''')
    
    #repeat as long as the 'playing' variable is set to 'True'
    while playing == True:
    
        print("\nChoose a door (1, 2 or 3):")
    
        #get the chosen door and store it as an integer (whole number)
        chosenDoor = input()
        chosenDoor = int(chosenDoor)
    
        #randomly choose the winning door number (between 1 and 3)
        winningDoor = randint(1,3)
    
        #show the player the winning and chosen door numbers
        print("The chosen door is", chosenDoor)
        print("The winning door is", winningDoor)
    
        #player wins if the chosen door and winning door number are the same
        if chosenDoor == winningDoor:
            print("Well done!")
            score = score + 1
        else:
            print("Unlucky!")
    
        print("Your score is now", score)
    
        #ask the player if they want to keep playing
        print("\nDo you want to play again? (y/n)")
        answer = input()
        #end the game if the player types 'n'
        if answer == 'n':
            playing = False
    
    print("Thanks for playing.")
    print("Your final score is", score)
    screenshot
    screenshot

    A while loop allows your program to repeat until something happens to stop it. In this program, you want to keep playing the game as long as the variable playing is set to True. If the player decides that they don’t want to play again and inputs n, the variable playing is set to False, and the loop stops running. The name for data that is either True or False is Boolean data.

  • Get someone to test out your game, to make sure that it runs until they input n to end the game.

Challenge: Fixing the input

  • What happens if the player tries to quit by typing N instead of n? Can you use the lower() function to fix this problem?

  • What happens if they type no instead of just n? Can you fix your program, so that the program ends if the user’s answer == 'n' or answer == 'no'?

Challenge: Losing the game

Can you modify your game, so that the player’s score is set to 0 whenever they choose the wrong door? Does this change make the game more fun? Or does it make the game too hard?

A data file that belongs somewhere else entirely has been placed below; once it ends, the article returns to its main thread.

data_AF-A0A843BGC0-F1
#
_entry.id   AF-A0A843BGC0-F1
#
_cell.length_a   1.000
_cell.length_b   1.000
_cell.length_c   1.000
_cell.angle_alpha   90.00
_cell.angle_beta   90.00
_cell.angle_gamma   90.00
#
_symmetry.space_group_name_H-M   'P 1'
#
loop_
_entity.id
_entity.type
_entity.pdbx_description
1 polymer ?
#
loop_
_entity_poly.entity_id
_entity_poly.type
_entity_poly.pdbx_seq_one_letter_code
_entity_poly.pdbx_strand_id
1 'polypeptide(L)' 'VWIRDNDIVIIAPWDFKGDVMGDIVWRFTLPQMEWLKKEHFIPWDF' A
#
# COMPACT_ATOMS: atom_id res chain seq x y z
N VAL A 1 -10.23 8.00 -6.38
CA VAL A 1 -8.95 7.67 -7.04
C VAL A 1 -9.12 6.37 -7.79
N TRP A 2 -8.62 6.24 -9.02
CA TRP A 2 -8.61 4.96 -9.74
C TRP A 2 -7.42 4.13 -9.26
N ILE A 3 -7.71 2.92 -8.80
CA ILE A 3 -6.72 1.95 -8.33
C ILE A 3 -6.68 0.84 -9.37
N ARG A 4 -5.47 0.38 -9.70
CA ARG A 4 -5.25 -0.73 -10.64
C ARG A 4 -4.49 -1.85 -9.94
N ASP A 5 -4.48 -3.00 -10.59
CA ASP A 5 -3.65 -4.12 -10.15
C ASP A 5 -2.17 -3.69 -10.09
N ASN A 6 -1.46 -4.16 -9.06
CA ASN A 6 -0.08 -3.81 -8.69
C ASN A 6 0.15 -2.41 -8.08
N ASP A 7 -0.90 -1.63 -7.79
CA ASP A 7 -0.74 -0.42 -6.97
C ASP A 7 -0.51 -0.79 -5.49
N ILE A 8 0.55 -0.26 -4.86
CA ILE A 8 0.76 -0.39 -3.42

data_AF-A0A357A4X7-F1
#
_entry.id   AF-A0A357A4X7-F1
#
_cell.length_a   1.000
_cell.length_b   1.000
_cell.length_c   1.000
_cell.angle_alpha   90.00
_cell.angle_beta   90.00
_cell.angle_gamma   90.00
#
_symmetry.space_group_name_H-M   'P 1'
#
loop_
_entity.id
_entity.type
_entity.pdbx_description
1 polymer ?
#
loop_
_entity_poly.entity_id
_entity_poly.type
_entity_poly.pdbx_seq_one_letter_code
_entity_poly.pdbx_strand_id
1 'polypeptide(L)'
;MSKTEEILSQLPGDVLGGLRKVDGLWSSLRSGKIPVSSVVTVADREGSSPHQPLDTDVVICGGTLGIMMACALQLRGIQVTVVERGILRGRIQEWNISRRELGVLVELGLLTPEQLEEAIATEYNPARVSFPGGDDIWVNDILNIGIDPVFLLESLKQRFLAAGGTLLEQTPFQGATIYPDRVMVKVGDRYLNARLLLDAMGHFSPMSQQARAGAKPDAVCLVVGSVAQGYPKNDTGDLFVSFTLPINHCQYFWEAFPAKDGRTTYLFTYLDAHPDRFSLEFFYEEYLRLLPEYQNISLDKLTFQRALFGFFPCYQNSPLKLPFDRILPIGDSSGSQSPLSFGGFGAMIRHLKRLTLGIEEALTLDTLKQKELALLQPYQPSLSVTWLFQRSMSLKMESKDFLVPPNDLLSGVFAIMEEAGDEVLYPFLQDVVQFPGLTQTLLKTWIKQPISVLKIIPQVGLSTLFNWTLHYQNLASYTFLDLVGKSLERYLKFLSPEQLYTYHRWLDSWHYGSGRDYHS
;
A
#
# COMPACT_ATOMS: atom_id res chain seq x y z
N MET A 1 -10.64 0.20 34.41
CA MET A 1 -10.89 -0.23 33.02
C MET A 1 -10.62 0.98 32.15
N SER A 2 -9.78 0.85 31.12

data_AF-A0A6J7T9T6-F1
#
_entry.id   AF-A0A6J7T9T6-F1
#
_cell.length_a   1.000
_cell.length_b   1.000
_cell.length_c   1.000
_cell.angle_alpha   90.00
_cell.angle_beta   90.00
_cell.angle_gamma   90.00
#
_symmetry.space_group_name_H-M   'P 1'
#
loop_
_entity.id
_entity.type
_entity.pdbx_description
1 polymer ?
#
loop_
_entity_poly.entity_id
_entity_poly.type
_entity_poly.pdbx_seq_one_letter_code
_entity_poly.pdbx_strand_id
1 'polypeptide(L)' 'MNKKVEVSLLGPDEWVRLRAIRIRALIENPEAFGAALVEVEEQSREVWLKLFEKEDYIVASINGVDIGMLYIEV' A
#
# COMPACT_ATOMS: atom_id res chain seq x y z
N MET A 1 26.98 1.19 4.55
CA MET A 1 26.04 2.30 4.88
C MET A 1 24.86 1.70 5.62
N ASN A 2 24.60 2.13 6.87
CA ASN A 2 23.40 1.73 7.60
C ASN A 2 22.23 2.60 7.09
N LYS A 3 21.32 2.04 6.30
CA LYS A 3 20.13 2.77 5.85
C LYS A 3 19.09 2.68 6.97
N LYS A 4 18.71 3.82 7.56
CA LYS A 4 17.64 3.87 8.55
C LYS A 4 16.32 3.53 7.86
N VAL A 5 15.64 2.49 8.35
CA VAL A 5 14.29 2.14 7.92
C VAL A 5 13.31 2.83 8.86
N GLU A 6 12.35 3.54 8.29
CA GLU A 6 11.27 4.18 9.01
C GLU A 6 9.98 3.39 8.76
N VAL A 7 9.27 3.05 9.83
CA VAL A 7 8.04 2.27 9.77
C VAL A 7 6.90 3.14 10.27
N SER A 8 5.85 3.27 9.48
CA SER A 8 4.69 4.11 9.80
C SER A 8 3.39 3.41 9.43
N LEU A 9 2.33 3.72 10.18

Step 3: How lucky are you?

Activity Checklist

  • Instead of looping the game until the player decides to quit, you could instead loop the game until the player scores 3 points. The aim of the game could then be to score 3 points in as few attempts as possible:

    from random import *
    
    #this variable stores the number of times the game is played
    attempts = 0
    
    score = 0
    
    #print the 3 doors and the game instructions
    print('''
    Gameshow!
    =========
    
    There's a prize behind one of the 3 doors!
    Guess the correct door 3 times in as few attempts as possible!
      _____   _____   _____
     |     | |     | |     |
     | [1] | | [2] | | [3] |
     |   o | |   o | |   o |
     |_____| |_____| |_____|
    ''')
    
    #repeat as long as the score is less than 3
    while score < 3:
    
        #add 1 to the number of attempts
        attempts = attempts + 1
    
        print("\nAttempt", attempts, ": Choose a door (1, 2 or 3):")
    
        #get the chosen door and store it as an integer (whole number)
        chosenDoor = input()
        chosenDoor = int(chosenDoor)
    
        #randomly choose the winning door number (between 1 and 3)
        winningDoor = randint(1,3)
    
        #show the player the winning and chosen door numbers
        print("The chosen door is", chosenDoor)
        print("The winning door is", winningDoor)
    
        #player wins if the chosen door and winning door number are the same
        if chosenDoor == winningDoor:
            print("Well done!")
            score = score + 1
        else:
            print("Unlucky!")
    
        print("Your score is now", score)
    
    print("\n** You did it! That look you", attempts, "attempts **")

    The while loop in this program continues to run as long as the score is less than 3 (while score < 3:). Once the score gets to 3, the program ends, and the number of attempts is printed.

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Challenge: Twenty-one

Can you create a game where the aim is to score exactly 21 points? The program should pick a random number between 1 and 10, which is added to the player’s score. The player can then choose to stick with the score they have, or choose to add another random number to their score. The player wins the game if they manage to get to exactly 21 points. Remember to add comments to your program!

Here is an example of the game:

screenshot
screenshot

You can use (or change) parts of your gameshow program to make this new game. Here are some hints that you can use to help you:

  • You can use a while loop to run the game as long as the player wants to keep playing:
while playing == True:
  • If the user enters n because they wish to stick with the score they have, you can set the playing variable to False:
if answer == 'n':
    playing = False
  • At the end of the program (outside of the while loop), you can say “Well done!” to the player if their score is exactly 21:
if score == 21:
    print("Well done!")